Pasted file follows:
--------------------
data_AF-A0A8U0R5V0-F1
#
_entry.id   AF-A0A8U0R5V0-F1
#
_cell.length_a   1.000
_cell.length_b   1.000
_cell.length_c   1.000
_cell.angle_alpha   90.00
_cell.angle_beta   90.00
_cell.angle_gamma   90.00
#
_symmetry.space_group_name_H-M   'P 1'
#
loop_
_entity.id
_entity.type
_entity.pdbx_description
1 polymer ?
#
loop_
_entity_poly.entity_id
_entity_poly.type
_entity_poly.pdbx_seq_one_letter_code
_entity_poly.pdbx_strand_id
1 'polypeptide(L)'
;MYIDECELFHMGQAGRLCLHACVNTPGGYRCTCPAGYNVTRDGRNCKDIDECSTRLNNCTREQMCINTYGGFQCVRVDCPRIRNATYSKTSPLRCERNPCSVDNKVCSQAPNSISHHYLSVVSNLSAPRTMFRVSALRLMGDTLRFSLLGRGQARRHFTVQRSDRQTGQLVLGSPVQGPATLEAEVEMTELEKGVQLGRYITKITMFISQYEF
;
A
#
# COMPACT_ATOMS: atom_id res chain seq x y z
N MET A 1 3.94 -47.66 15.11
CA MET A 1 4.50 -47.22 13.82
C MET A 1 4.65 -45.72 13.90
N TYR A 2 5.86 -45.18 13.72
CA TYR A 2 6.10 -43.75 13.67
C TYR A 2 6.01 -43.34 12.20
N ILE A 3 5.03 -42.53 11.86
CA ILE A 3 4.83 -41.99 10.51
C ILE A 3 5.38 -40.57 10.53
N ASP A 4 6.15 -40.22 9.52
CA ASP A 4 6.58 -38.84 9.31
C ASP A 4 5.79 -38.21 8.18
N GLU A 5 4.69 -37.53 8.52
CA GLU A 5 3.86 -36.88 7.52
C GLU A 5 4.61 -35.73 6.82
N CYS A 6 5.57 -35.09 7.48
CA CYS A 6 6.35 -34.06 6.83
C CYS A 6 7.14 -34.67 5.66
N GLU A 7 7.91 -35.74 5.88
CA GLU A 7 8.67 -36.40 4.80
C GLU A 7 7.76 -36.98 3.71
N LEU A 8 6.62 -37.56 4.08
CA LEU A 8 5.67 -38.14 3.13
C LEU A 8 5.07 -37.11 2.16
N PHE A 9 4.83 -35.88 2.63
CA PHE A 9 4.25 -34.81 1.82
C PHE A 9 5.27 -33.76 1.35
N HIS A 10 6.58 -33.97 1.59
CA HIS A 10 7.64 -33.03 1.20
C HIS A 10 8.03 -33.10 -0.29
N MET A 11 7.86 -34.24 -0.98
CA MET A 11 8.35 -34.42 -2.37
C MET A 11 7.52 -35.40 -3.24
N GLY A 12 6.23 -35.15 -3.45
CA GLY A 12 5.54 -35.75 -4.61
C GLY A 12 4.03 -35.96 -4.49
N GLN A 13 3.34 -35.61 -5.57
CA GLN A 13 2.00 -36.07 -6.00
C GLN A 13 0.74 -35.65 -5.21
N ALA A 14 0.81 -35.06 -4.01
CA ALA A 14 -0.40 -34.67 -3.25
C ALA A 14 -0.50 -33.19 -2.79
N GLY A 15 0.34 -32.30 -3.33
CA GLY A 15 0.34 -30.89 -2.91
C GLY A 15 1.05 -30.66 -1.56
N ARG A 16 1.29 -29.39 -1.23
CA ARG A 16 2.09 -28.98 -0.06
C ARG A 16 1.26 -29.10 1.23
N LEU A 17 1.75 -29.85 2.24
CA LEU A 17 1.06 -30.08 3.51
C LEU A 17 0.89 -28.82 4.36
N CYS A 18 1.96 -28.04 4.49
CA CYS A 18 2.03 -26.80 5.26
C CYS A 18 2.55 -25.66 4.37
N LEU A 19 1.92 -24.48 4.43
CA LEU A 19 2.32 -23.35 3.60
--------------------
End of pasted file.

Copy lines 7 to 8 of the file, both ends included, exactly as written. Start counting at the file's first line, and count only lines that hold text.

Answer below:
_cell.length_c   1.000
_cell.angle_alpha   90.00